If North et al agreed with the Wegman findings, as they testified to the House Subcommittee under oath, how did this get expressed in the NAS panel report? My view, at the time, and it’s unchanged, was that their report was “schizophrenic”: they agreed with our specific criticisms of Mannian parlor tricks within the body of the report, while at the same time, reporting that there were other proofs that late 20th century climate was paranormal. Eduardo Zorita at the time characterized the NAS report as being as severe as could be contemplated under the circumstances:
in my opinion the Panel adopted the most critical position to MBH nowadays possible. I agree with you that it is in many parts ambivalent and some parts are inconsistent with others. It would have been unrealistic to expect a report with a summary stating that MBH98 and MBH99 were wrong (and therefore the IPC TAR had serious problems) when the Fourth Report is in the making. I was indeed surprised by the extensive and deep criticism of the MBH methodology in Chapters 9 and 11.
So is there any actual language in the NAS panel report that supports any suggestion that they had repudiated any of our published claims in respect to Mannian statistical methodology? In the quotes below, I’ve searched every reference in the report to McIntyre (or MM).
First, like Wegman, they specifically and categorically agree that Mann’s principal components methodology is biased towards mining for hockey-stick shaped series. This is not the only way of doing this parlor trick – Mannian principal components is a fancy way of performing the parlor trick of selecting HS-series from a universe of noise, but you can do this the old-fashioned way: just pick them ( a methodology adopted in subsequent and previous studies.) The NAS panel (STR Preprint, 86) has an extended discussion of Mann’s principal components error as follows:
Spurious Principal Components: McIntyre and McKitrick (2003) [actually McIntyre and McKitrick 2005a] demonstrated that under some conditions, the leading principal component can exhibit a spurious trendlike appearance, which could then lead to a spurious trend in the proxy-based reconstruction. To see how this can happen, suppose that instead of proxy climate data, one simply used a random sample of autocorrelated time series that did not contain a coherent signal. If these simulated proxies are standardized as anomalies with respect to a calibration period and used to form principal components, the first component tends to exhibit a trend, even though the proxies themselves have no common trend. Essentially, the first component tends to capture those proxies that, by chance, show different values between the calibration period and the remainder of the data. If this component is used by itself or in conjunction with a small number of unaffected components to perform reconstruction, the resulting temperature reconstruction may exhibit a trend, even though the individual proxies do not. Figure 9-2 shows the result of a simple simulation along the lines of McIntyre and McKitrick (2003) (the computer code appears in Appendix B)….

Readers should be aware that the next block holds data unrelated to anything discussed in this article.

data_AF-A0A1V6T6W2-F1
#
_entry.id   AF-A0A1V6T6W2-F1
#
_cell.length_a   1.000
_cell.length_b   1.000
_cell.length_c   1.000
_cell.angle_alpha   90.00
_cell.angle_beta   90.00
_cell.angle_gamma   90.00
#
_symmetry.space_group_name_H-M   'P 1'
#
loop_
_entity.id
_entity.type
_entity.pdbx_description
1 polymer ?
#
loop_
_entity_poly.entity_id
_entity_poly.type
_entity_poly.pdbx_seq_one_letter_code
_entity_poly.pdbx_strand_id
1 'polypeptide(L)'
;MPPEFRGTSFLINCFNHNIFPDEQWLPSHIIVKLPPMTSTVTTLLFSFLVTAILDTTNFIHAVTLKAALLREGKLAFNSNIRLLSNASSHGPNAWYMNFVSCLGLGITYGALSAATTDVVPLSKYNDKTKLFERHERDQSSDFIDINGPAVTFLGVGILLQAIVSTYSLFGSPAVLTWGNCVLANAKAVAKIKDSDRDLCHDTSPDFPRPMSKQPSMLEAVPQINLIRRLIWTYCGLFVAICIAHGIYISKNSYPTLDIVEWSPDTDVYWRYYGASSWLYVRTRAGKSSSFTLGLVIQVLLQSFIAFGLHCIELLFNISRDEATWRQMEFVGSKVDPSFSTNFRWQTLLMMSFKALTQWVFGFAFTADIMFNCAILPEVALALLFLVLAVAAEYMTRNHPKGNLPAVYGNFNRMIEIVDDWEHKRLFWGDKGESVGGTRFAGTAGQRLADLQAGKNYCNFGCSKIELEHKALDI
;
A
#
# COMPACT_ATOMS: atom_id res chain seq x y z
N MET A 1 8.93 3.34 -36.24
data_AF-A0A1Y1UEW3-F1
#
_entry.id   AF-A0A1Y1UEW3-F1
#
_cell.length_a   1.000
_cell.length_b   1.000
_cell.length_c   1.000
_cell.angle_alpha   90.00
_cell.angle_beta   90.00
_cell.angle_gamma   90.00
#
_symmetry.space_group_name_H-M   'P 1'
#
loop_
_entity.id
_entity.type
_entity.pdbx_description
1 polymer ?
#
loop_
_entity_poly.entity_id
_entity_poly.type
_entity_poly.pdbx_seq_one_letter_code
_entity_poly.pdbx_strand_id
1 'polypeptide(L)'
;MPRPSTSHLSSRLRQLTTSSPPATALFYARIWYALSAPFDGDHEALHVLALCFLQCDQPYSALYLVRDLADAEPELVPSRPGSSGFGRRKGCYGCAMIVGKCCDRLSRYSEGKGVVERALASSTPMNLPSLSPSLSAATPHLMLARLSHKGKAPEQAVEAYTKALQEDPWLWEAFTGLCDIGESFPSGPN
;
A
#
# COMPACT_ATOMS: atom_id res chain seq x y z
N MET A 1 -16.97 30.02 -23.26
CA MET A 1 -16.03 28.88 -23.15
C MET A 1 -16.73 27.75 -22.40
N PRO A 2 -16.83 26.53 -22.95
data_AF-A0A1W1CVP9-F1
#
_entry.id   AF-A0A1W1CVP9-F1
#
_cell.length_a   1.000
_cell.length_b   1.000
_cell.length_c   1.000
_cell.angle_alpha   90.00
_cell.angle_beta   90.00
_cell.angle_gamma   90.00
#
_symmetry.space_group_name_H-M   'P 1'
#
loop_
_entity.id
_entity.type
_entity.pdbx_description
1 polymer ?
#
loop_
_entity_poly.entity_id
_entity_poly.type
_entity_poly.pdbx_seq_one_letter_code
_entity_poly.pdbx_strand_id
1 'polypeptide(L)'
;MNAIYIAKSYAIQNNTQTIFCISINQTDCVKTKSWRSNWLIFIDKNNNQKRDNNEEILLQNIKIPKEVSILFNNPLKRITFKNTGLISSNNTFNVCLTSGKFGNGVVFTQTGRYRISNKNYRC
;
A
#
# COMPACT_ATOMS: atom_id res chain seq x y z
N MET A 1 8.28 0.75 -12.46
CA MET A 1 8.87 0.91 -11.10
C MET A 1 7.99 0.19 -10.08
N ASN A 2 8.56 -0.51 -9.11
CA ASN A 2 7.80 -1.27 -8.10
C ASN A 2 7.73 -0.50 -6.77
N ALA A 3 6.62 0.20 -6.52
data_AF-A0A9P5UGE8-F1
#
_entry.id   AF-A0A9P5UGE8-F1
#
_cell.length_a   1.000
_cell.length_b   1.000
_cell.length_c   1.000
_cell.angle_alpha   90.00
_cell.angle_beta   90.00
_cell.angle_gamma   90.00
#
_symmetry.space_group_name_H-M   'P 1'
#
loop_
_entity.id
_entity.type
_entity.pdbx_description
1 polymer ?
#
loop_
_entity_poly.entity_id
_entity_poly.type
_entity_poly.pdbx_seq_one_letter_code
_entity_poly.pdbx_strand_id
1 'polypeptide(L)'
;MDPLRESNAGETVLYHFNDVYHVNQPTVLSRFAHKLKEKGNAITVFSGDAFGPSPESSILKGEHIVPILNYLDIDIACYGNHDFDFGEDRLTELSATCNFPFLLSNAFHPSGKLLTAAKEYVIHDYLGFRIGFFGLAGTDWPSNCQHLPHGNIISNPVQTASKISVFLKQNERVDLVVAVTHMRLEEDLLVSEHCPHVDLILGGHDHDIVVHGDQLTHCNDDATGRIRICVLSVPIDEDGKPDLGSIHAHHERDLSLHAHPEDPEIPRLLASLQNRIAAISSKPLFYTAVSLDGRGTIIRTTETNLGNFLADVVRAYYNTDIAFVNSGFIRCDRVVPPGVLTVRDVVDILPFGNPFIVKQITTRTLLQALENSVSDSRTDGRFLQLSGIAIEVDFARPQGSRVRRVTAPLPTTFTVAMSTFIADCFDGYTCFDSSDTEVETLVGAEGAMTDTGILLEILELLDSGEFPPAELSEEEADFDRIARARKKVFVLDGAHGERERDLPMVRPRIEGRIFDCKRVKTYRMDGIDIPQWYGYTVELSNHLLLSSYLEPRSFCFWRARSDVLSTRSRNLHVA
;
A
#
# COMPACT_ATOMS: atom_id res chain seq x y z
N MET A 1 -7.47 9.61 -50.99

Principal components of sample data reflect the shape of the corresponding eigenvectors of the population covariance matrix. The first eigenvector of the covariance matrix for this simulation is the red curve in Figure 9-2, showing the precise form of the spurious trend that the principal component would introduce into the fitted model in this case. This exercise demonstrates that the baseline with respect to which anomalies are calculated can influence principal components in unanticipated ways. (STR Preprint, 86)
They comment approvingly on our criticisms on the inappropriate reliance on the RE statistic (and failed verification r2 statistic) and on non-robustness to bristlecones as follows:
A second area of criticism focuses on statistical validation and robustness. McIntyre and McKitrick (2003, 2005a,b) question the choice and application of statistical methods, notably principal component analysis; the metric used in the validation step of the reconstruction exercise; and the selection of proxies, especially the bristlecone pine data used in some of the original temperature reconstruction studies. These and other criticisms, explored briefly in the remainder of this chapter, raised concerns that led to new research and ongoing efforts to improve how surface temperature reconstructions are performed ….The more important aspect of this criticism is the issue of robustness with respect to the choice of proxies used in the reconstruction. For periods prior to the 16th century, the Mann et al. (1999) reconstruction that uses this particular principal component analysis technique is strongly dependent on data from the Great Basin region in the western United States. Such issues of robustness need to be taken into account in estimates of statistical uncertainties. STR Preprint,106-7)